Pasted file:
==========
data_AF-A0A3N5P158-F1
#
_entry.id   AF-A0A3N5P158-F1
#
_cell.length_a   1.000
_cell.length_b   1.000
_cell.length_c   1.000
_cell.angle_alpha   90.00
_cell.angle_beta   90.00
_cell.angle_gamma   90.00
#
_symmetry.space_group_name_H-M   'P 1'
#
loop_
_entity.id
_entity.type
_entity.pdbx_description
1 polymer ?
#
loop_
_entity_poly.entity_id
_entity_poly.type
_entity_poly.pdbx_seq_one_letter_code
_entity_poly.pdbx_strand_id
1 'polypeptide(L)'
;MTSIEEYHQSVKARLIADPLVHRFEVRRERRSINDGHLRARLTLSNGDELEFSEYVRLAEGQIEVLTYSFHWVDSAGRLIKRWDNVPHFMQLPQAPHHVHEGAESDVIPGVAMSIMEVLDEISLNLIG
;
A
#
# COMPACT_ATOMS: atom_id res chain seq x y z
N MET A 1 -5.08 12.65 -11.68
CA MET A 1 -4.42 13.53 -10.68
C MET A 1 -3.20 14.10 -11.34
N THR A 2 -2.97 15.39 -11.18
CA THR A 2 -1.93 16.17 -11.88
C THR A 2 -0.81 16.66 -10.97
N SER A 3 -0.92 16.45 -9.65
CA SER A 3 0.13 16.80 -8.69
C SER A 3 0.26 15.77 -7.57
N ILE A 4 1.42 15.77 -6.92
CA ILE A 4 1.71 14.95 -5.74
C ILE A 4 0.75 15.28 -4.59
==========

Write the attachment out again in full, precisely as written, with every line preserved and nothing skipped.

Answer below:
data_AF-A0A3N5P158-F1
#
_entry.id   AF-A0A3N5P158-F1
#
_cell.length_a   1.000
_cell.length_b   1.000
_cell.length_c   1.000
_cell.angle_alpha   90.00
_cell.angle_beta   90.00
_cell.angle_gamma   90.00
#
_symmetry.space_group_name_H-M   'P 1'
#
loop_
_entity.id
_entity.type
_entity.pdbx_description
1 polymer ?
#
loop_
_entity_poly.entity_id
_entity_poly.type
_entity_poly.pdbx_seq_one_letter_code
_entity_poly.pdbx_strand_id
1 'polypeptide(L)'
;MTSIEEYHQSVKARLIADPLVHRFEVRRERRSINDGHLRARLTLSNGDELEFSEYVRLAEGQIEVLTYSFHWVDSAGRLIKRWDNVPHFMQLPQAPHHVHEGAESDVIPGVAMSIMEVLDEISLNLIG
;
A
#
# COMPACT_ATOMS: atom_id res chain seq x y z
N MET A 1 -5.08 12.65 -11.68
CA MET A 1 -4.42 13.53 -10.68
C MET A 1 -3.20 14.10 -11.34
N THR A 2 -2.97 15.39 -11.18
CA THR A 2 -1.93 16.17 -11.88
C THR A 2 -0.81 16.66 -10.97
N SER A 3 -0.92 16.45 -9.65
CA SER A 3 0.13 16.80 -8.69
C SER A 3 0.26 15.77 -7.57
N ILE A 4 1.42 15.77 -6.92
CA ILE A 4 1.71 14.95 -5.74
C ILE A 4 0.75 15.28 -4.59